Tag: filmmaking tutorial
We're back to take you through the final part of our Post-Production Glossary. These are all the terms you need to know as an editor, or as someone working in the Post process. If you're just starting out, it's a good guide to get you started on all that you need to know and be aware of.
All right we’re back with another section of the Post-Production Glossary. Last week we walked you through A-G of all the post-production terms you need to know. Whether it's to refresh your own memory, just starting out in the craft, or trying to keep up with the lingo on a turtorial, we're here to help. Today we’re tackling terms starting with letters H-P to help full out your glossary.
When it comes to editing...there’s a lot of ground to cover. There are just so many aspects to the craft of post-production, that new people trying to get into it can easily find themselves lost and disinterested. To help this out, there are a plethora of instructional videos out there on the internet. Still, there are certain technical terms and jargon that you may not fully understand. Thus, even with help from a tutorial, you may find yourself lost in the lingo and still struggle to stay on top. That’s where we come in, and I’m laying down the top terms you’ll need to know when it comes to Post-Production.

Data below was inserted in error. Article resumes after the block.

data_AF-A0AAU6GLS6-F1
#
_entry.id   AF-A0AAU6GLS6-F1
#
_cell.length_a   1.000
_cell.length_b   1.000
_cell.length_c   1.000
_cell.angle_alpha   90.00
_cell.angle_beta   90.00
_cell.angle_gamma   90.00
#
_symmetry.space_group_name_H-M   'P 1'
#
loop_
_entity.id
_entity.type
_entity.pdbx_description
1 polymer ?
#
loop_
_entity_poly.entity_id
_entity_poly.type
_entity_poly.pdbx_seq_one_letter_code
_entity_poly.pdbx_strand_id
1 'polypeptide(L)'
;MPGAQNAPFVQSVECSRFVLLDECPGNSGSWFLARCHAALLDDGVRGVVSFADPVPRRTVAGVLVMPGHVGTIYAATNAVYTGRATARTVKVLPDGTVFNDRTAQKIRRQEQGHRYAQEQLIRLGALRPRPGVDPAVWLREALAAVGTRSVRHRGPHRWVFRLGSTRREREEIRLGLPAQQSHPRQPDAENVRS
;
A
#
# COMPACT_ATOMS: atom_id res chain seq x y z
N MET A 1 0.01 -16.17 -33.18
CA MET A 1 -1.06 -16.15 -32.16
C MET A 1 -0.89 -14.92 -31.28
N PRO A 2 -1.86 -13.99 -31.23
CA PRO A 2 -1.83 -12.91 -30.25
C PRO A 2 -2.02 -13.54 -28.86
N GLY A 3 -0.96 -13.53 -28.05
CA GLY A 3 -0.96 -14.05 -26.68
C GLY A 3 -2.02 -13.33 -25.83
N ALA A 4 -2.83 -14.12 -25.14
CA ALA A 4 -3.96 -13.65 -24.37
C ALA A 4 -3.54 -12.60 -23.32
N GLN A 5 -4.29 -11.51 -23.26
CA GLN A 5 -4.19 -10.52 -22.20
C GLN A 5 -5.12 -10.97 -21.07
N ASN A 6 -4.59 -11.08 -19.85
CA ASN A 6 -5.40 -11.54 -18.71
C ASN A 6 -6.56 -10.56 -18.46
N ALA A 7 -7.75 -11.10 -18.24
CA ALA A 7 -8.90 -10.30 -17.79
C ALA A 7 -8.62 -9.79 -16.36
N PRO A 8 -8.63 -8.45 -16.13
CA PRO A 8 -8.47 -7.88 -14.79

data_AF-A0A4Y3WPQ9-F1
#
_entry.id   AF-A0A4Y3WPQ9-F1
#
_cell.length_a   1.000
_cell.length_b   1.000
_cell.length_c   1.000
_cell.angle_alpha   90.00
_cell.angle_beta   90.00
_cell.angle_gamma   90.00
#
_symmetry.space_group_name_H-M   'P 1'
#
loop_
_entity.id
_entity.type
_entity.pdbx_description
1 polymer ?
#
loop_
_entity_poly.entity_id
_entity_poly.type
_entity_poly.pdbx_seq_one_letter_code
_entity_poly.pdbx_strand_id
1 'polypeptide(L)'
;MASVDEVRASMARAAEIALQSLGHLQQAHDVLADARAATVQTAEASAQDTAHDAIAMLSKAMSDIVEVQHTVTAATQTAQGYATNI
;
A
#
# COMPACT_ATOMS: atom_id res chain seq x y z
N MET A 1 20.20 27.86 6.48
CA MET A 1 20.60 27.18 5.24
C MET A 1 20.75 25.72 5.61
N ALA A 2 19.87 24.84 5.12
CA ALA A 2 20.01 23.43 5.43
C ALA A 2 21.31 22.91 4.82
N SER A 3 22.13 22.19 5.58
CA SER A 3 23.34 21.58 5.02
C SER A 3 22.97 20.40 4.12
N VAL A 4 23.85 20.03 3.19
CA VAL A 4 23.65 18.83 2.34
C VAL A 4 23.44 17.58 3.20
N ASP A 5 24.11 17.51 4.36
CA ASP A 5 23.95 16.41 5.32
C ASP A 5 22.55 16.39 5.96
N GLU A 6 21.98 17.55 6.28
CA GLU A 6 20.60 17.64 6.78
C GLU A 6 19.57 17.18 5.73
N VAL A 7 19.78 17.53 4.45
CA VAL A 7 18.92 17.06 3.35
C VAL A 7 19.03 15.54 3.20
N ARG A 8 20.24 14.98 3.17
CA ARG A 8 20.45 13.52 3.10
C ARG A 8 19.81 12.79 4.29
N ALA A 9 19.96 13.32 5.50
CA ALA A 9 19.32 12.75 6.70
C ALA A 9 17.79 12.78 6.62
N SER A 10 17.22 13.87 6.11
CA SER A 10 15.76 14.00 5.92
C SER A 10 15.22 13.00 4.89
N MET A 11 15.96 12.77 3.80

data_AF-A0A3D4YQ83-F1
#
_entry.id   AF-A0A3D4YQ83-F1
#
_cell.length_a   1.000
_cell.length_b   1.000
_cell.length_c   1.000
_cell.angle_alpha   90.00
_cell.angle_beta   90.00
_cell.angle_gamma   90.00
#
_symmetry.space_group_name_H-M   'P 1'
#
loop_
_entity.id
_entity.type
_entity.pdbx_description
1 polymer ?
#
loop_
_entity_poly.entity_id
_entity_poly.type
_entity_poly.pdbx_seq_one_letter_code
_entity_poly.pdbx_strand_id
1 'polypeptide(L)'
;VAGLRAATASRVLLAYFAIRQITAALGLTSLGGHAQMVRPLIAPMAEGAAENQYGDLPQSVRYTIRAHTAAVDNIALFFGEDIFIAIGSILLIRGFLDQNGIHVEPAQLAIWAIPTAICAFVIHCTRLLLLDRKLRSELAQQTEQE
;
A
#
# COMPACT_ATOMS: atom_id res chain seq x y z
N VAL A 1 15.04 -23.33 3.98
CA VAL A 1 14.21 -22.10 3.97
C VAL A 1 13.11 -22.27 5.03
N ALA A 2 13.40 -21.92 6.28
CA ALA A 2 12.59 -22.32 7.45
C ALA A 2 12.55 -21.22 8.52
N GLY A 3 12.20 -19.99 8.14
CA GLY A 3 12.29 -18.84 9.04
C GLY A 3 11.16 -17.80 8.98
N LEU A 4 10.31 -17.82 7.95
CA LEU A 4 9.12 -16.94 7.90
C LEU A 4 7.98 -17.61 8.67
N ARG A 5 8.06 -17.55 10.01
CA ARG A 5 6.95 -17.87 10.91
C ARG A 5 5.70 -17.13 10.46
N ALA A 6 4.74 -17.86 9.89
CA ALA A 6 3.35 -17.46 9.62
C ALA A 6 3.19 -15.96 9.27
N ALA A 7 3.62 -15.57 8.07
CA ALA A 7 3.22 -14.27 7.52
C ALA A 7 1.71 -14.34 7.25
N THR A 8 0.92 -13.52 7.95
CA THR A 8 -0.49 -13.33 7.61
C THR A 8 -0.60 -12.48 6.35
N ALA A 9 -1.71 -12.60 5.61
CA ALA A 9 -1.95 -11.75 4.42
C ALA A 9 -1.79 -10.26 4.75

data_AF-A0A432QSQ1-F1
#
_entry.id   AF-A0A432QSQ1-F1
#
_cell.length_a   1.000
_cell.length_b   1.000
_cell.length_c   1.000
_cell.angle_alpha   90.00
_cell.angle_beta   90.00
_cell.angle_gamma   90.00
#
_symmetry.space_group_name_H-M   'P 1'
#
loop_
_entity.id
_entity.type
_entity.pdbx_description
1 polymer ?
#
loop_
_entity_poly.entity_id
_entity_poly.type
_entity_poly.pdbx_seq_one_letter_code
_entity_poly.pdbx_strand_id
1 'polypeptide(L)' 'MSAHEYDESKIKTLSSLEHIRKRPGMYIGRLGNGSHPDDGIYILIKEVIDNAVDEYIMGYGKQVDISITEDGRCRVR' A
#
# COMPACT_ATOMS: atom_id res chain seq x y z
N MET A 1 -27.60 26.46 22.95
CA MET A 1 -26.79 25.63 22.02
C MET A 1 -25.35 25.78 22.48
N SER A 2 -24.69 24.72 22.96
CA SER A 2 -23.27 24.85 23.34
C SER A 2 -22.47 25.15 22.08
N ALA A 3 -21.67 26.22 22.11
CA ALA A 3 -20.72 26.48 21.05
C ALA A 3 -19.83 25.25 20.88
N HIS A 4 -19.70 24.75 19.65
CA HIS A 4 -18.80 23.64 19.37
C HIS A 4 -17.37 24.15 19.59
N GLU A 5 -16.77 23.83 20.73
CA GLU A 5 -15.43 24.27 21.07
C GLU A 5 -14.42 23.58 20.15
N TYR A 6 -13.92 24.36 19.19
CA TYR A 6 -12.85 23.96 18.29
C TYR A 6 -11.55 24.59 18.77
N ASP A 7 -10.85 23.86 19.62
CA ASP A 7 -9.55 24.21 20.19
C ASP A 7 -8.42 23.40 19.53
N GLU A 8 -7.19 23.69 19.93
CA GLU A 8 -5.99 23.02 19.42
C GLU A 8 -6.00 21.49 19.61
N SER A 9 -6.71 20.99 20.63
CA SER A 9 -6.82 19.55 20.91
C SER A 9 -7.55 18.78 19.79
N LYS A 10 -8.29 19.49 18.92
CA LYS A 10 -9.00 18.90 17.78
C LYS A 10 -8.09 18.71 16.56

Storyboarding can serve many purposes in getting a film off the ground. They can assist in presenting a project to potential investors, and of course helps directors establish a pace for the film long before the cameras even start rolling. J. Todd Anders, the Coen Brothers' long-time storyboard artist uses a fun little video to talk more about the process and why it's so important. Come inside to watch it!
A film reel is a great way to get yourself noticed in the film industry. In essence it’s a sort of visual resume that can show off to potential employers or clients what all you’re capable of when it comes to filmmaking. To that end, we here at Cinelinx have some handy dandy tips to help you when you’re creating your own film reel.
Director’s and editors have to be able to work together for a movie to really come together. Sometimes it’s not an easy relationship though, and director’s can find themselves alienating the editor. In order to avoid that, TMP has developed this article as a way to help directors out in learning the best ways to work with your editor.
A word to the wise. This is mostly for the indie/low-budget filmmakers. Trying this in the big studio world, more than likely won’t help you out.